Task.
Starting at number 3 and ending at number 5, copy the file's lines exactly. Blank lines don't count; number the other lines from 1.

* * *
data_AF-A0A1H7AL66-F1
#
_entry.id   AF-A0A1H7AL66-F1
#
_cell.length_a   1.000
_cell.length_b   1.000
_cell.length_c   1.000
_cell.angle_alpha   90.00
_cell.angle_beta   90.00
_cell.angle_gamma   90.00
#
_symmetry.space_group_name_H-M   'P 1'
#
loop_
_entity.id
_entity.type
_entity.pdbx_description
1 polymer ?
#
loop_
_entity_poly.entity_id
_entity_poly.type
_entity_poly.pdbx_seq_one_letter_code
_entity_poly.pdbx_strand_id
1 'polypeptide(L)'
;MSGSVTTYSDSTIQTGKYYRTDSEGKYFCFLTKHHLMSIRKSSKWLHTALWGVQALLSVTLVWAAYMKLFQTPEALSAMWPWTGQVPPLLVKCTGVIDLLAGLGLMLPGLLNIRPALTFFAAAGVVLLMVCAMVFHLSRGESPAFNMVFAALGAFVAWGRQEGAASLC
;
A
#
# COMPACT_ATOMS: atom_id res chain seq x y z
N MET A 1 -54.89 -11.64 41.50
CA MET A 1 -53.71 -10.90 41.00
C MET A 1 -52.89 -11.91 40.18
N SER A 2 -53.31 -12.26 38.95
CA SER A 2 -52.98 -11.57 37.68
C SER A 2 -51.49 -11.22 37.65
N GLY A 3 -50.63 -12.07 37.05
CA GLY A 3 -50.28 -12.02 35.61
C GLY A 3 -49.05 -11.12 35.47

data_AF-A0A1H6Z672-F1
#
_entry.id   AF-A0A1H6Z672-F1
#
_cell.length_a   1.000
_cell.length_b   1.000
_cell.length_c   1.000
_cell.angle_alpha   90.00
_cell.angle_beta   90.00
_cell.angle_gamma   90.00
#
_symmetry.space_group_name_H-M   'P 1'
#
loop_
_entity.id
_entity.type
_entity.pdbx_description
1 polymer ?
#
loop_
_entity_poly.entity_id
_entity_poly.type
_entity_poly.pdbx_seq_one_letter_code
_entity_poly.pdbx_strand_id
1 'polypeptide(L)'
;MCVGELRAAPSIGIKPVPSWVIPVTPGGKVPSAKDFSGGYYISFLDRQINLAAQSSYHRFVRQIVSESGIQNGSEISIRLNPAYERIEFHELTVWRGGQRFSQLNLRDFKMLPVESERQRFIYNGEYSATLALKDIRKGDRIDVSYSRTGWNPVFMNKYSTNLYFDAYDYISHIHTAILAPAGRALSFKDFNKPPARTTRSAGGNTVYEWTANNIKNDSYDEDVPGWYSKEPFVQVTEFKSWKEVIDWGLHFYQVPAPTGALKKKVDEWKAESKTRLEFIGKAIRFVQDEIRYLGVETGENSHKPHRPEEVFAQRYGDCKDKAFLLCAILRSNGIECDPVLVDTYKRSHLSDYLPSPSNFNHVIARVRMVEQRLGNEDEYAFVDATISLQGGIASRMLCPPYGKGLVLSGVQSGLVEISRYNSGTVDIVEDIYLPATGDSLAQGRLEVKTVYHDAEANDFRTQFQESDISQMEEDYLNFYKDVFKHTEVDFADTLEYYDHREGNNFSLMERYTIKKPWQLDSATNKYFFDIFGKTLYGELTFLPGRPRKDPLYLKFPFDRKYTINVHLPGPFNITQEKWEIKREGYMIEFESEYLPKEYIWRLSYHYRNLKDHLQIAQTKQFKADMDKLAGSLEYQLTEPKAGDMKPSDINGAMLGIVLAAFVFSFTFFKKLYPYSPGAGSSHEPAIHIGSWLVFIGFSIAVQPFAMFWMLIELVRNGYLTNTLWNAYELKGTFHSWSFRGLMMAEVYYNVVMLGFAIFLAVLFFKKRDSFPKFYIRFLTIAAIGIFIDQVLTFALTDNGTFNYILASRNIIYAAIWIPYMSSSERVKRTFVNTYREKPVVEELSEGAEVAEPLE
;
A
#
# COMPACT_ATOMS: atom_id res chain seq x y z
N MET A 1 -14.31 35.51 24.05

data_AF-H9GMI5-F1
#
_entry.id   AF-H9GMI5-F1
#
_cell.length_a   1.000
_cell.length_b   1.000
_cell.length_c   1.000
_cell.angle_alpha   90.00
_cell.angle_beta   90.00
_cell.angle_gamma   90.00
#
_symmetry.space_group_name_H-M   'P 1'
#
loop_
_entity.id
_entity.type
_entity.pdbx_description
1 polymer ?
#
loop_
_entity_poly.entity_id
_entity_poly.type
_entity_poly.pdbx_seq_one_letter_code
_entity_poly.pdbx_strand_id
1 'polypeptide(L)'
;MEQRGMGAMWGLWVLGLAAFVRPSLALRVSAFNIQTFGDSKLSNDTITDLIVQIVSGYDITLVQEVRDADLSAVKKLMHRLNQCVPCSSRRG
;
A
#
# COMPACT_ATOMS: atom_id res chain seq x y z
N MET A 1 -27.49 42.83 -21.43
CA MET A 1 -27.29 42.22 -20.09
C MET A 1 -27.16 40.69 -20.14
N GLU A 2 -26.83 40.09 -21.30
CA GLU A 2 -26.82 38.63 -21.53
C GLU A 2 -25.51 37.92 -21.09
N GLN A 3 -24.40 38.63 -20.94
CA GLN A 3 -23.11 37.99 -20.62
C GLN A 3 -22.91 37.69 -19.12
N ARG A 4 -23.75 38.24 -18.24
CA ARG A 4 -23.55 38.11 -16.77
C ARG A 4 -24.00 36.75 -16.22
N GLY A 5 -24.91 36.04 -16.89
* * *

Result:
_entry.id   AF-A0A1H7AL66-F1
#
_cell.length_a   1.000